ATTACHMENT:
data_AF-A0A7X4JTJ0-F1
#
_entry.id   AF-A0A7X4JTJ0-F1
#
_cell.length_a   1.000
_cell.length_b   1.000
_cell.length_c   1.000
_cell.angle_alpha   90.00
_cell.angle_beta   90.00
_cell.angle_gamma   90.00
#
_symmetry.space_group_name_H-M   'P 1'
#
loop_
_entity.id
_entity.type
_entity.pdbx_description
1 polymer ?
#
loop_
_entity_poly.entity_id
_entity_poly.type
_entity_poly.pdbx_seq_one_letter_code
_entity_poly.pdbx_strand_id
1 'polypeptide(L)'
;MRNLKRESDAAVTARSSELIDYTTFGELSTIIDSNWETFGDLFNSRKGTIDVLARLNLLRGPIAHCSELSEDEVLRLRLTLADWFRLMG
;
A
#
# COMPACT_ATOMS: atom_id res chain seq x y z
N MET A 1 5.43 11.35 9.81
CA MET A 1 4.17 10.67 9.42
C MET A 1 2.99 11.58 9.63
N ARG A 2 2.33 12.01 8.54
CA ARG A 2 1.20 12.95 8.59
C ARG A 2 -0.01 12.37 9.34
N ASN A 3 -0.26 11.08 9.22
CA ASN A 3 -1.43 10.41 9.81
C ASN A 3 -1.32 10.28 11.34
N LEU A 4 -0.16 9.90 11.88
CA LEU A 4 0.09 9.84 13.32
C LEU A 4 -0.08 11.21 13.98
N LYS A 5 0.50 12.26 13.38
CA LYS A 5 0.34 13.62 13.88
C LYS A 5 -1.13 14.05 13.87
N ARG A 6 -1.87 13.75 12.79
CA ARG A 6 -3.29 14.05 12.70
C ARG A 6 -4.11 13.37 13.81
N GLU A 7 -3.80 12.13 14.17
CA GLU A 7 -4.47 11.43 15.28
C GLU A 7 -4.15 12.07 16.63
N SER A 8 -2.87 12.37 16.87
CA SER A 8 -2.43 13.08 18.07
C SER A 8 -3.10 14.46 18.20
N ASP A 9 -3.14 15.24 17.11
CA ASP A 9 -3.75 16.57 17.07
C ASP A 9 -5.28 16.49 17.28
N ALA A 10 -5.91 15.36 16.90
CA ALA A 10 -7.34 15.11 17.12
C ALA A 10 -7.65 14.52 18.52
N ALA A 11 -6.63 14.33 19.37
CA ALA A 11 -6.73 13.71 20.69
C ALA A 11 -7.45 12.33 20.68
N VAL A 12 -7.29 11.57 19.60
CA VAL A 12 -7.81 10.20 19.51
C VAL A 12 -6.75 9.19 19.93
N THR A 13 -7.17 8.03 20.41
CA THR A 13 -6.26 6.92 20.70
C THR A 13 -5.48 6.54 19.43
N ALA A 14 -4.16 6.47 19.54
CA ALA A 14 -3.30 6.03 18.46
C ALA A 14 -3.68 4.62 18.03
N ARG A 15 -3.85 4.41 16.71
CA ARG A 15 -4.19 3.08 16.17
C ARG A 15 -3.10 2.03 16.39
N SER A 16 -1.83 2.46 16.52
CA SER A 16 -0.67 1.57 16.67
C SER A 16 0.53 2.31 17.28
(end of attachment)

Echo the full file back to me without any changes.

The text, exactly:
data_AF-A0A7X4JTJ0-F1
#
_entry.id   AF-A0A7X4JTJ0-F1
#
_cell.length_a   1.000
_cell.length_b   1.000
_cell.length_c   1.000
_cell.angle_alpha   90.00
_cell.angle_beta   90.00
_cell.angle_gamma   90.00
#
_symmetry.space_group_name_H-M   'P 1'
#
loop_
_entity.id
_entity.type
_entity.pdbx_description
1 polymer ?
#
loop_
_entity_poly.entity_id
_entity_poly.type
_entity_poly.pdbx_seq_one_letter_code
_entity_poly.pdbx_strand_id
1 'polypeptide(L)'
;MRNLKRESDAAVTARSSELIDYTTFGELSTIIDSNWETFGDLFNSRKGTIDVLARLNLLRGPIAHCSELSEDEVLRLRLTLADWFRLMG
;
A
#
# COMPACT_ATOMS: atom_id res chain seq x y z
N MET A 1 5.43 11.35 9.81
CA MET A 1 4.17 10.67 9.42
C MET A 1 2.99 11.58 9.63
N ARG A 2 2.33 12.01 8.54
CA ARG A 2 1.20 12.95 8.59
C ARG A 2 -0.01 12.37 9.34
N ASN A 3 -0.26 11.08 9.22
CA ASN A 3 -1.43 10.41 9.81
C ASN A 3 -1.32 10.28 11.34
N LEU A 4 -0.16 9.90 11.88
CA LEU A 4 0.09 9.84 13.32
C LEU A 4 -0.08 11.21 13.98
N LYS A 5 0.50 12.26 13.38
CA LYS A 5 0.34 13.62 13.88
C LYS A 5 -1.13 14.05 13.87
N ARG A 6 -1.87 13.75 12.79
CA ARG A 6 -3.29 14.05 12.70
C ARG A 6 -4.11 13.37 13.81
N GLU A 7 -3.80 12.13 14.17
CA GLU A 7 -4.47 11.43 15.28
C GLU A 7 -4.15 12.07 16.63
N SER A 8 -2.87 12.37 16.87
CA SER A 8 -2.43 13.08 18.07
C SER A 8 -3.10 14.46 18.20
N ASP A 9 -3.14 15.24 17.11
CA ASP A 9 -3.75 16.57 17.07
C ASP A 9 -5.28 16.49 17.28
N ALA A 10 -5.91 15.36 16.90
CA ALA A 10 -7.34 15.11 17.12
C ALA A 10 -7.65 14.52 18.52
N ALA A 11 -6.63 14.33 19.37
CA ALA A 11 -6.73 13.71 20.69
C ALA A 11 -7.45 12.33 20.68
N VAL A 12 -7.29 11.57 19.60
CA VAL A 12 -7.81 10.20 19.51
C VAL A 12 -6.75 9.19 19.93
N THR A 13 -7.17 8.03 20.41
CA THR A 13 -6.26 6.92 20.70
C THR A 13 -5.48 6.54 19.43
N ALA A 14 -4.16 6.47 19.54
CA ALA A 14 -3.30 6.03 18.46
C ALA A 14 -3.68 4.62 18.03
N ARG A 15 -3.85 4.41 16.71
CA ARG A 15 -4.19 3.08 16.17
C ARG A 15 -3.10 2.03 16.39
N SER A 16 -1.83 2.46 16.52
CA SER A 16 -0.67 1.57 16.67
C SER A 16 0.53 2.31 17.28